A cat named Ulysses is a key figure in Inside Llewyn Davis and that reference is not the only thing that calls to mind an earlier film from Joel and Ethan Coen. The emphasis on music also very much put me in the mind of their O Brother Where Art Thou? And yet, tonally, the brothers’ latest film feels completely different. O Brother is often silly, but ultimately redemptive and hopeful whereas Inside Llewyn Davis is kind of sad and a little bit haunting despite being ripe with the expected off kilter humor. It’s a beautiful, melancholy rumination on the capricious nature of success.
Oscar Isaac (who’s biggest previous splash was as Carey Mulligan’s husband in Drive) gives a star-making performance as the title character. He appears in every scene, sings in many of them and is fully convincing as a struggling folk singer in Greenwich Village in the early 1960s who always finds himself on the other side of the door to success despite his considerable talent.
The story plays out episodically as Davis stumbles from one ill-fated venture to the next, constantly taking one step forward and two steps back. Along the way he encounters a surprisingly sharp and funny Carey Mulligan as an angry former lover, Justin Timberlake and Adam Driver (Girls) as odd fellow folk singers, John Goodman as a chatty but dismissive old jazz man and F. Murray Abraham as an amusingly blunt agent whom Davis hopes can offer one last career boost.
Loosely inspired by the life of Greenwich Village folk singer Dave Van Ronk, Inside Llewyn Davis is no biopic. It’s about all of the anonymous or nearly anonymous masses who have repeatedly struggled yet failed to ever make the pages of history. It turns out fame and success require more than just hard work and dedication. To the sweat and tears, they need just the right amounts of fate and fortune. Not everyone can be Bob Dylan. That’s what makes him so great.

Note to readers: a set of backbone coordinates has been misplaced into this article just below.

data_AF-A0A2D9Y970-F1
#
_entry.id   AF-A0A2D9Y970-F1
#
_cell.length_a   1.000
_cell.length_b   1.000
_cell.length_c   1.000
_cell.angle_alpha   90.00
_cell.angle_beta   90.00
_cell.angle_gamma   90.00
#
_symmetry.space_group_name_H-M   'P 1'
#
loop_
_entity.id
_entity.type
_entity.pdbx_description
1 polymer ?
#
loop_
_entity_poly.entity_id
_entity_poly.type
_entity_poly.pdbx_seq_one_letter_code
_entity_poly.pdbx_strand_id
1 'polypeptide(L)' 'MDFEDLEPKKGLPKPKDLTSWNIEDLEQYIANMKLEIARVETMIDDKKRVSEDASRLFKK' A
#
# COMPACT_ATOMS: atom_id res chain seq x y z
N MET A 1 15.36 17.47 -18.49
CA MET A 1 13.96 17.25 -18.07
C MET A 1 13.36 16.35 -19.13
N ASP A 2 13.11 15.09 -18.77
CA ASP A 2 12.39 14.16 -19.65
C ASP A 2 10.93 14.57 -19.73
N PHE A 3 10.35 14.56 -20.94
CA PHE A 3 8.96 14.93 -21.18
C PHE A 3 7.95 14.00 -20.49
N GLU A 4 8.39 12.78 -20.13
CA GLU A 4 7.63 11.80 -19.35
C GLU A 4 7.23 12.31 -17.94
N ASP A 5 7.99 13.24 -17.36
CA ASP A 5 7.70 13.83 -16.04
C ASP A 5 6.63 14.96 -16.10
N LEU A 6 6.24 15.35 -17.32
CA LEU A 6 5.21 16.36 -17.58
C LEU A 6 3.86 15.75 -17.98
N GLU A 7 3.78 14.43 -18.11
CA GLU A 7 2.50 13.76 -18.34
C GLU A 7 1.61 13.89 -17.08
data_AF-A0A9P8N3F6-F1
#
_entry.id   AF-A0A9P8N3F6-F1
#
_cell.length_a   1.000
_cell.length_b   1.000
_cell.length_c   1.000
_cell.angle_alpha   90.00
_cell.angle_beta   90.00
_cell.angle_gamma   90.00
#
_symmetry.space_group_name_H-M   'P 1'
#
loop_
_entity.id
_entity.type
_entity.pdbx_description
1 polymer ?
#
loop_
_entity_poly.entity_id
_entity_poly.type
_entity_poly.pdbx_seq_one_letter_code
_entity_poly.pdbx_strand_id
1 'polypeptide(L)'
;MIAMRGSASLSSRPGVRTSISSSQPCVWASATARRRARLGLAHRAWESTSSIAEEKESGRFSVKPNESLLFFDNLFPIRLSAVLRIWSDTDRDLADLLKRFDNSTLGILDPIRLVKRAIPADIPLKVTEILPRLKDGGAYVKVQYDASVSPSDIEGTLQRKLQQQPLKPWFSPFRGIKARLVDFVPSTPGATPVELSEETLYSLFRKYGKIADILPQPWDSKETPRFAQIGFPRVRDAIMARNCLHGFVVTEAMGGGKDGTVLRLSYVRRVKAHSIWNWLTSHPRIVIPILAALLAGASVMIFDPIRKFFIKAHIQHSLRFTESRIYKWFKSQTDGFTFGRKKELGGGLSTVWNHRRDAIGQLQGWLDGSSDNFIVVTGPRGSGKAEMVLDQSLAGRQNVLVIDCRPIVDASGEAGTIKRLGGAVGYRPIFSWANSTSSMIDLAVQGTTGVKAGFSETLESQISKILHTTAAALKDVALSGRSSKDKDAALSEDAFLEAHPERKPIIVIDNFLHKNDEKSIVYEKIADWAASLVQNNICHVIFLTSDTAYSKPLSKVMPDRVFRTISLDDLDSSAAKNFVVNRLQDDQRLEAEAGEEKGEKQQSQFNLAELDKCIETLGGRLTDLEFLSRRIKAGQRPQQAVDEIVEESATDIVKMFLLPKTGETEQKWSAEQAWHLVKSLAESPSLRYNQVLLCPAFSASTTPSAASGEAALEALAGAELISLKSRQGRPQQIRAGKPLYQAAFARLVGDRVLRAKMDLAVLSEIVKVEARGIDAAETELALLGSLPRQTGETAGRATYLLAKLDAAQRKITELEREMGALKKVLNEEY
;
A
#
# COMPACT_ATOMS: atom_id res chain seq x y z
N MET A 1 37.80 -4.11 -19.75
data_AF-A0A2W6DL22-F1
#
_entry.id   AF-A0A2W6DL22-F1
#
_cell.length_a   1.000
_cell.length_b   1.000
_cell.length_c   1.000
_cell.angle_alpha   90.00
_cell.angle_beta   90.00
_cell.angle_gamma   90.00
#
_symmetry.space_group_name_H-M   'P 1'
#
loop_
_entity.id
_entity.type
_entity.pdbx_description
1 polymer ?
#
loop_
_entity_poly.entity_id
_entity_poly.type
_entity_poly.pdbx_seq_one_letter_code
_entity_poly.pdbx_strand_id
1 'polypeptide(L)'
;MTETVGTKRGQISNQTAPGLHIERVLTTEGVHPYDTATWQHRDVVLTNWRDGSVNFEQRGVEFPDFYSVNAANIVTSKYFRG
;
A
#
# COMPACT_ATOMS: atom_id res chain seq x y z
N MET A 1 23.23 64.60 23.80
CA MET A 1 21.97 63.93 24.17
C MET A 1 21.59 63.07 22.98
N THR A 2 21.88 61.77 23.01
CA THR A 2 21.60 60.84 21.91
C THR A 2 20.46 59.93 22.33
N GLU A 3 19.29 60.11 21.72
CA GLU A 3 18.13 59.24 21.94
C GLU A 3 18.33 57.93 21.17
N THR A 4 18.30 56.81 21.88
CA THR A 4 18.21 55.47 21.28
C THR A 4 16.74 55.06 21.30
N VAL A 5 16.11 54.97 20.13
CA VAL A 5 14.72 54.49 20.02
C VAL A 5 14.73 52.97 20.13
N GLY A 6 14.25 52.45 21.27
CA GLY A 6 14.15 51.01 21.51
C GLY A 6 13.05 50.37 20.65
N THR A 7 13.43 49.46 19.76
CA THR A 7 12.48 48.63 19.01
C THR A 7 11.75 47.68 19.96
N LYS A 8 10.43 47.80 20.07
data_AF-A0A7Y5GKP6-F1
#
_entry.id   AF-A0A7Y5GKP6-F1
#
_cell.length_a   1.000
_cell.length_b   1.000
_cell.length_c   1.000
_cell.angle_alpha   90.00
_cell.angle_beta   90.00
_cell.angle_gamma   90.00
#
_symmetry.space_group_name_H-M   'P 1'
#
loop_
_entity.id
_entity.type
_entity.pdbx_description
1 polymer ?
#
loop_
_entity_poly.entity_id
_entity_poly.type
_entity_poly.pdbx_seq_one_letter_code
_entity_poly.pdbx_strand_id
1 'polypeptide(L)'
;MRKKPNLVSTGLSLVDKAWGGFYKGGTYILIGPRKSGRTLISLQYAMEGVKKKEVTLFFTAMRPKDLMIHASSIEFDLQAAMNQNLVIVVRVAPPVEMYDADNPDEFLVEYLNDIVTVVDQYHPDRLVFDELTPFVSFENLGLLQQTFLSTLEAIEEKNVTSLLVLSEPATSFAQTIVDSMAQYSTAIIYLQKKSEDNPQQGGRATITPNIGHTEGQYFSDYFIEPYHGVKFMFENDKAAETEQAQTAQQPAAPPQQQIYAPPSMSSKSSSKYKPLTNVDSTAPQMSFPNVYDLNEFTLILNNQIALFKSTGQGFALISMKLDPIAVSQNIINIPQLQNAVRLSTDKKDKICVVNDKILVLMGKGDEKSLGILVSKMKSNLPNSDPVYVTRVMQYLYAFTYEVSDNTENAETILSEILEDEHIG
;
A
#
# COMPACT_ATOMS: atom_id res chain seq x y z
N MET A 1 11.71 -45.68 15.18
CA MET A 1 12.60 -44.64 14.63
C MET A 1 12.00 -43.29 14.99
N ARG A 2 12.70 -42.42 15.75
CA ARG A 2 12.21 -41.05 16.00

The great thing about the Coen Brothers is that each time out they make a film that feels different from the one that came before it. They all have similarities and they all feel uniquely “Coen” but they’re always a little surprising and unexpected. In their younger days, they were often wrongly accused by critics of disliking their sad sack loser characters. The compassion they show for Llewyn Davis and the dignity they allow him should eliminate that notion for all time.
I doubt somehow that Inside Llewyn Davis will achieve the crossover success of some of the Brothers’ other pictures, but I’ll bet the soundtrack of traditional and original folk songs will be a hit in its own right and help bump the popularity of the film in a similar way to O Brother Where Art Thou?